Dean of Engineering to return to faculty position

Elizabeth Worthington, Staff Writer

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At the end of the 2015-16 academic year, the current Dean of Engineering Keith Buffinton will be stepping down.

The Dean of Engineering is the chief administrative, academic, and budgetary officer of the College of Engineering, and is responsible for the oversight of the faculty, the curriculum in the department, professional and support staff development, facilities, budgets and salaries, and assessment and accreditation. His duties also include active participation in fundraising for the College of Engineering, overseeing the Small Business Development Center, and working directly with the Provost, the University President, the Dean of the College of Arts & Sciences, and the Dean of Students to address overarching University issues.

Buffinton came to the University in 1987 to teach and research within the College of Engineering. At the end of this academic year, he will have been dean for seven years after initially securing the position in 2009 as the interim Dean of Engineering.

“I have had a truly outstanding experience as dean, primarily because of the many people with whom I have been privileged to work in the College and across the University, and am looking forward to the opportunity to pursue new endeavors in the coming years.” Buffinton said.

Throughout his years as dean, Buffinton has had many successes and accomplishments. He has helped establish several new initiatives and programs, such as the Engineering Success Alliance (ESA), the University’s admission into the National Academy of Engineering’s Grand Challenge Scholars Program, and MakerSpaces. Additionally, he became the University affiliate for Project Lead the Way in the Commonwealth of Pennsylvania.

The College of Engineering received a very positive ABET (Accreditation Board for Engineering and Technology) review, placing it in an excellent position for future initiatives. Buffinton and his colleagues in the department have succeeded in expanding cross-college opportunities for the students and faculty, diversifying both the engineering student body and faculty, and expanding support for student research. They too have enrolled, taught, and graduated hundreds of engineering students who are now in the industry, in graduate school, or in other areas like Teach for America and the Peace Corps.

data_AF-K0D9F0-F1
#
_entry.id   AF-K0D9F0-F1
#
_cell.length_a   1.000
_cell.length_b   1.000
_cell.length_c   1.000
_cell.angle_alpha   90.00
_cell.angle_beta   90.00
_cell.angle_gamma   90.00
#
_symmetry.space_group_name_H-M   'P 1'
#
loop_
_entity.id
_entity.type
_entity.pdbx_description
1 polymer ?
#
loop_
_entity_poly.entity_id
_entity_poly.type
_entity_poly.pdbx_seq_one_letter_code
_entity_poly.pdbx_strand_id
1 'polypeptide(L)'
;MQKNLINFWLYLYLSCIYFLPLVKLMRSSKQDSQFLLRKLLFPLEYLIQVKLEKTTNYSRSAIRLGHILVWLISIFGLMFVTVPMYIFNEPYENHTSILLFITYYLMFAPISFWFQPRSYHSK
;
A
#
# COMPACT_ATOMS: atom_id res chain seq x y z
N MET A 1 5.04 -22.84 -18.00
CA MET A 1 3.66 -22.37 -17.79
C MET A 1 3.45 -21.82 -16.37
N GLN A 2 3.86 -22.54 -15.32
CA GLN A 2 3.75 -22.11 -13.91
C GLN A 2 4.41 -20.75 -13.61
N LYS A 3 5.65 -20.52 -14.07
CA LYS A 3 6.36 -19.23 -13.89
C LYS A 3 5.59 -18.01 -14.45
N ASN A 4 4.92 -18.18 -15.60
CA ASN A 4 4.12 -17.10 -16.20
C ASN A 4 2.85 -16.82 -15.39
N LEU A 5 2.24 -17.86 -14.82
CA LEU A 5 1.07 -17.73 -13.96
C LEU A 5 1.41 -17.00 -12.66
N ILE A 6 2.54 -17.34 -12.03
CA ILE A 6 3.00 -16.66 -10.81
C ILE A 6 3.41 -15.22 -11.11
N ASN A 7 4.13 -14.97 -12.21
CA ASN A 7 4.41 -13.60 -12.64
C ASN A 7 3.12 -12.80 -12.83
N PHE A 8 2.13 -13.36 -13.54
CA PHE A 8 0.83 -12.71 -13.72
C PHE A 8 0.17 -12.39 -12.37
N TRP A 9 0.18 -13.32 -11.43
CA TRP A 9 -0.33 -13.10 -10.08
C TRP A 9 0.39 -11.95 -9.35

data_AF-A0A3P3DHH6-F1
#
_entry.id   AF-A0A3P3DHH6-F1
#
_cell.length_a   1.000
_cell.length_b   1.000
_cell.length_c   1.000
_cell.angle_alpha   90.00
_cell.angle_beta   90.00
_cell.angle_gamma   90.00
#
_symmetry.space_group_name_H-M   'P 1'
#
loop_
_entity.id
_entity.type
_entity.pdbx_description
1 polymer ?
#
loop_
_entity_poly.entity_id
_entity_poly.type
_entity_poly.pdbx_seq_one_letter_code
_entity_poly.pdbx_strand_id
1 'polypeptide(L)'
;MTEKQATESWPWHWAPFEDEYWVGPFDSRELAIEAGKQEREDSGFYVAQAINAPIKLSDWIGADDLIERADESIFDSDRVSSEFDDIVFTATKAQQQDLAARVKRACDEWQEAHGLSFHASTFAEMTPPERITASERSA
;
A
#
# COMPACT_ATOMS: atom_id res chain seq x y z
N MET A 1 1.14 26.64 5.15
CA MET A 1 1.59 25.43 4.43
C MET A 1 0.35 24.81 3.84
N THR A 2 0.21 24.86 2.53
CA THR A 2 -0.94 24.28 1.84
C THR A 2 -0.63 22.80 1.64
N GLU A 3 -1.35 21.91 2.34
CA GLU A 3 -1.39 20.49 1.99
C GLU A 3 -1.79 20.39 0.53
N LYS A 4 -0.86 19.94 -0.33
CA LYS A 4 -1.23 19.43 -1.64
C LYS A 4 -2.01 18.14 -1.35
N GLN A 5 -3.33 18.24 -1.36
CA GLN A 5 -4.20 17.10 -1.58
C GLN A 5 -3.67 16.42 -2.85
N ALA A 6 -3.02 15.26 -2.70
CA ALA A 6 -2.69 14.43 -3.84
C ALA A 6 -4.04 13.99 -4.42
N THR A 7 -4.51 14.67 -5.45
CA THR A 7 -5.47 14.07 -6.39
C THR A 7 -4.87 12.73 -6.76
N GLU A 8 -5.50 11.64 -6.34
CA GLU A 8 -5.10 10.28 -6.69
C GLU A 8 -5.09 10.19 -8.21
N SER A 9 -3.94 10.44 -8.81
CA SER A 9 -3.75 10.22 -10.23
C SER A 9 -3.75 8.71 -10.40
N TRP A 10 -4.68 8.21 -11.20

“As a faculty member, and as dean, there is no greater pleasure than seeing our students succeed and pursue their passions in life,” Buffinton said.

Buffinton will be taking a one-year sabbatical with plans to return to the faculty in the College of Engineering in the fall of 2017. In rejoining the faculty, he will be working directly with the students, which is the reason he came to the University in the first place. Buffinton says he has always planned to return to teaching and researching with the students after ending his time in the Dean’s Office.

“Though the six years since I have become dean have been an amazing time in my life, I am thrilled by the prospect of returning to the classroom and laboratory,” Buffinton said in the letter he sent around campus last May announcing his plans to step down from his position.

Associate Professor of Biomedical & Chemical Engineering and Chair of the Biomedical Engineering Department Dan Cavanagh was selected from among the engineering faculty by the University President and Provost to lead the search committee for the new Dean of Engineering. Buffinton is “confident that the transition to a new dean will be seamless” and is “excited by what the future holds for both the College of Engineering and Bucknell.”

The advertisement and job description for the position recently went public; recruitment for the new dean is just beginning.

“[We] are working closely with search consultants from Storbeck/Pimentel and Associates to build a broad pool full of individuals with a diverse range of experience and perspectives,” Cavanagh said.

Cavanagh and the search committee have many things to consider in selecting a new dean.

“Two strong areas of emphasis are: a new dean who can embrace the opportunity to further define engineering at a liberal arts university and be dedicated to enhancing interactions between engineering and the other academic programs on campus, and a dean who will facilitate the development of and implementation of a vision for the future of the College of Engineering,” Cavanagh said.

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